• http://www.thevirtualcooler.com Adam Eisenstein

    Retweets are the holy grail for expanding the reach of your tweet, but I’m not sure their the next measure of effectiveness for a job post. Obviously, you shouldn’t be just purely retweeting jobs in most cases as this is by nature non-interactive. You need to add value by tweeting other things of interest, and these are the ones you really want retweeted.

    Because I think the holy grail of job posting tweets is to get people to click on them and read them, not necessarily RT them. You need to have a set of followers that is interested in your jobs. And that comes with both job postings and other tweets.

  • http://www.4mat.com Gareth Jenkins

    Don’t forget that job tweets are also being aggregated (if using the correct hashtags) into some job search aggregation sites. This can lead to decent traffic even when there are low numbers of actual followers, or retweets.

    A lot of people use automated posting tools to tweet out jobs pulled from generic RSS feeds – this is not a great way as the end tweet message rarely makes the most efficient use of the limited 140 characters. Best approach is either use of specially optimized RSS feeds, manual posting (if you’re talking lower numbers) or a specially created Tweet posting service (some ATSs have this I believe). Naturally you’d want the link to click through to the best possible version of your job ad (not necessarily the ATS version if you also have an optimized career site version).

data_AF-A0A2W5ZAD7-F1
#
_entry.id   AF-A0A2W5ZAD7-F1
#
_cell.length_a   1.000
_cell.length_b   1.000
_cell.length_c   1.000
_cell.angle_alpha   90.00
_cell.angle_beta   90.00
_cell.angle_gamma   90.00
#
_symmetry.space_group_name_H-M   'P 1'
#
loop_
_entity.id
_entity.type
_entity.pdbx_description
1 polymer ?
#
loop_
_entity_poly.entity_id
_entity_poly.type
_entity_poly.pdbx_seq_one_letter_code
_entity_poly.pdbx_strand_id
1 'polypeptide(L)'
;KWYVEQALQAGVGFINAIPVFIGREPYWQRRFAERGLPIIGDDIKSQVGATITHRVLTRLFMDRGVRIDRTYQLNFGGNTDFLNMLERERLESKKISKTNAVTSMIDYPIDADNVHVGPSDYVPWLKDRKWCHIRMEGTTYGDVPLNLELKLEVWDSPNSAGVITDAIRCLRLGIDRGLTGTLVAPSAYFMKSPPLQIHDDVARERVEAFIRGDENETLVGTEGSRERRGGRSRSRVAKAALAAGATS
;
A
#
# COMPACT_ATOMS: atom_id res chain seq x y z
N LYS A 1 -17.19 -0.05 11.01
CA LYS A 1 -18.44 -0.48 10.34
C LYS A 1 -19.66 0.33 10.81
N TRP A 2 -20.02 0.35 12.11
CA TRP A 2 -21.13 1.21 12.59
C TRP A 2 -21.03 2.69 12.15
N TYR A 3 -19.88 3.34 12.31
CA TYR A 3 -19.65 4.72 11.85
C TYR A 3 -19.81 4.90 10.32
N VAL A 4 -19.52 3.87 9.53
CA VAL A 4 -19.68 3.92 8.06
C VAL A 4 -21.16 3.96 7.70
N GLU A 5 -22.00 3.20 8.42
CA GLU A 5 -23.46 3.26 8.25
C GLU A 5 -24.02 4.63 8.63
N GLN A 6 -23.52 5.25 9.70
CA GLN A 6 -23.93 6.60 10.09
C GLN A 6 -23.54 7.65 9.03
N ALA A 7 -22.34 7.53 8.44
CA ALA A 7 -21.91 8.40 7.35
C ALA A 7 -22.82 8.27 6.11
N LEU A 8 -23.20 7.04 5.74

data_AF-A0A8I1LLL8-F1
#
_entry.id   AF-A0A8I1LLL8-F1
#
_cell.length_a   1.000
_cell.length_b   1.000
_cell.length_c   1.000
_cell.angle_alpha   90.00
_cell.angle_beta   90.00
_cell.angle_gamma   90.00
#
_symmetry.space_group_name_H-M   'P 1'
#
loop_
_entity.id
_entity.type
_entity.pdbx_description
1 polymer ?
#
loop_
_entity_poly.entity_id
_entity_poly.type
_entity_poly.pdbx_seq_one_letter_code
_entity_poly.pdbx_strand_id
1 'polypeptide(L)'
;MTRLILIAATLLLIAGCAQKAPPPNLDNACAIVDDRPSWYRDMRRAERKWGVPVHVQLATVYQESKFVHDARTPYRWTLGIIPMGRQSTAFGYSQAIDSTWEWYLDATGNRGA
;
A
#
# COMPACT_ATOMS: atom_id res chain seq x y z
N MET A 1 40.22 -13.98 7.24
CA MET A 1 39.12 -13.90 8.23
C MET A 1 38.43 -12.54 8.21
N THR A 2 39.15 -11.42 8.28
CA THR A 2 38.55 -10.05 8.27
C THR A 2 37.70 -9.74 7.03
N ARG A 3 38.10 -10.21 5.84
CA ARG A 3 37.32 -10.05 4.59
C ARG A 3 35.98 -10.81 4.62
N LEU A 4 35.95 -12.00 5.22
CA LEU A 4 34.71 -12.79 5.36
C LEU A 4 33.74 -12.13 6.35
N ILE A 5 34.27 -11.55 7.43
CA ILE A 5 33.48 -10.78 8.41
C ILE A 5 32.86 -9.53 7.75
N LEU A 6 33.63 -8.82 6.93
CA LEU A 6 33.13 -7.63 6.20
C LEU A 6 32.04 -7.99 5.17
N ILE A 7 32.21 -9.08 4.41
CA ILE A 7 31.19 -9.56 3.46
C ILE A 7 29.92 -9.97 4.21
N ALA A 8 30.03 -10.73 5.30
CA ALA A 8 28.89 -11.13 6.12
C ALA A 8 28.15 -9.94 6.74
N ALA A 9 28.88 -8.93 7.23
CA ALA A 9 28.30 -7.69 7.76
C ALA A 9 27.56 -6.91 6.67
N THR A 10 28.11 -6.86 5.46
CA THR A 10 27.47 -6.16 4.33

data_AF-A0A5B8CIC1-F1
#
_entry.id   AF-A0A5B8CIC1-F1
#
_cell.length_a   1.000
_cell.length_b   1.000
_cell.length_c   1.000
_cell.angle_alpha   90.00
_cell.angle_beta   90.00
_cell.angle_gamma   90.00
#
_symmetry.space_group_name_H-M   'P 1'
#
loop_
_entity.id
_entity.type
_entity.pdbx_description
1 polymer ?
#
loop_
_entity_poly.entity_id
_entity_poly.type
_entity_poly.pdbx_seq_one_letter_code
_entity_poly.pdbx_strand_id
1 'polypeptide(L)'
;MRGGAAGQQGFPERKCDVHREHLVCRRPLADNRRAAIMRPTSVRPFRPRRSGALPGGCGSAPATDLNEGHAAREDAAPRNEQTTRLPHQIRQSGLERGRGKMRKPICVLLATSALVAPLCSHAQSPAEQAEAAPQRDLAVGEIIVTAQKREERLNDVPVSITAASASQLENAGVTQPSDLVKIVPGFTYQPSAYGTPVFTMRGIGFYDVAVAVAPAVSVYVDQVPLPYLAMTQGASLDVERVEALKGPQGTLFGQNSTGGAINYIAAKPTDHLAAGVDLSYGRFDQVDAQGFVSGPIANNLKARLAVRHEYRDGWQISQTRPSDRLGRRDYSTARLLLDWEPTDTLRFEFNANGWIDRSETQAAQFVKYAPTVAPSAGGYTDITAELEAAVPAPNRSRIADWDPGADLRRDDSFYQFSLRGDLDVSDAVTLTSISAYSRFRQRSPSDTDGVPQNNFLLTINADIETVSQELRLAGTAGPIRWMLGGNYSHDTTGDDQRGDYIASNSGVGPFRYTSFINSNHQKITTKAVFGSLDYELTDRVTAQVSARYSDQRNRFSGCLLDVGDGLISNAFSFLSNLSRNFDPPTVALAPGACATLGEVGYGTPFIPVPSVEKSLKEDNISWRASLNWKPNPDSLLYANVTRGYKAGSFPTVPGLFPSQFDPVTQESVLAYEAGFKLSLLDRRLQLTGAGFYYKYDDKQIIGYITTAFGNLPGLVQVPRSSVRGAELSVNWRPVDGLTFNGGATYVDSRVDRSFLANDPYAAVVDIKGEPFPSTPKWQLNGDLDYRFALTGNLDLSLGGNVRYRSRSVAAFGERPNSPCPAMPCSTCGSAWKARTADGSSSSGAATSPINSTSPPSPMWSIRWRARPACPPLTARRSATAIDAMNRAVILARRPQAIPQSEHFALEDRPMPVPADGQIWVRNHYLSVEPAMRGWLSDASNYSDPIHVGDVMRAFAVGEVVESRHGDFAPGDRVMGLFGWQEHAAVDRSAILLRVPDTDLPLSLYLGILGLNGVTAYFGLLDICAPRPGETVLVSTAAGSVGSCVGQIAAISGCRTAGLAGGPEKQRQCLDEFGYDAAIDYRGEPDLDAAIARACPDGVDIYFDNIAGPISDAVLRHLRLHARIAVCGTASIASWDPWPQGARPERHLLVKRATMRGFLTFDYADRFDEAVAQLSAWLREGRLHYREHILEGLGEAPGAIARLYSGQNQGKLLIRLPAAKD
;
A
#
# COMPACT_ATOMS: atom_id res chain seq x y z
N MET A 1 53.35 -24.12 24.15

Finally, I’ve seen agencies and companies throw huge numbers of jobs – crossing multiple sectors and locations – into one single Twitter feed. It would be unlikely for jobseekers to follow this kind of untargeted fire-hose. Often better to segment into sector or perhaps location specific accounts. That said, good use of relevant hashtags as described above, can help in this respect as well.

  • Robert Dromgoole

    I re-tweeted your Twitter story reference tweets. But don’t let it get to your head! Hope all goes well Raghav.

  • Keith Halperin

    Hmmm.ISTM that tweeting (along with other SM techniques, email, texting, phone calls) is a very good way of reaching people, as long as not too many people are trying the same thing. I think that’s what may be happening now- a very small percentage of people out there (“the Warred-on Talent” mainly “passive”) is getting a very large percentage of job-related communication, so many in fact that a number of them are overwhelmed and tend to ignore much/all of it- after all they’re already well-set….

    Cheers,
    Keith “Go After Who You Can Really Get” Halperin

  • Howard Adamsky

    Another great bit of writing from Raghav! I look forward to his work.

  • http://www.linkedin.com/in/tarekp Tarek Pertew

    Thanks for dropping in some of those useful links to help make Twitter more productive…especially the ‘action’ words that seem to have an effect.

    I’ll share a quick thought in response to this:

    […shows that 71% of all tweets produce no reaction. Twenty-three percent produce a reply and only 6% are retweeted. The implication being that the majority fall on deaf years (or blind eyes?)]

    Though it’s too difficult to challenge with quantifiable numbers, I’d argue that a non-reply or non-RT doesn’t necessarily mean it’s falling on deaf ears. Personally, I quite often extract value from these 140 character notes or mini news briefs without ever taking an action. I can absorb important updates without replying or retweeting, and I imagine this can be said for most of the users on Twitter…

    That said, I’ll be sharing your article now (albeit via email 😉 )

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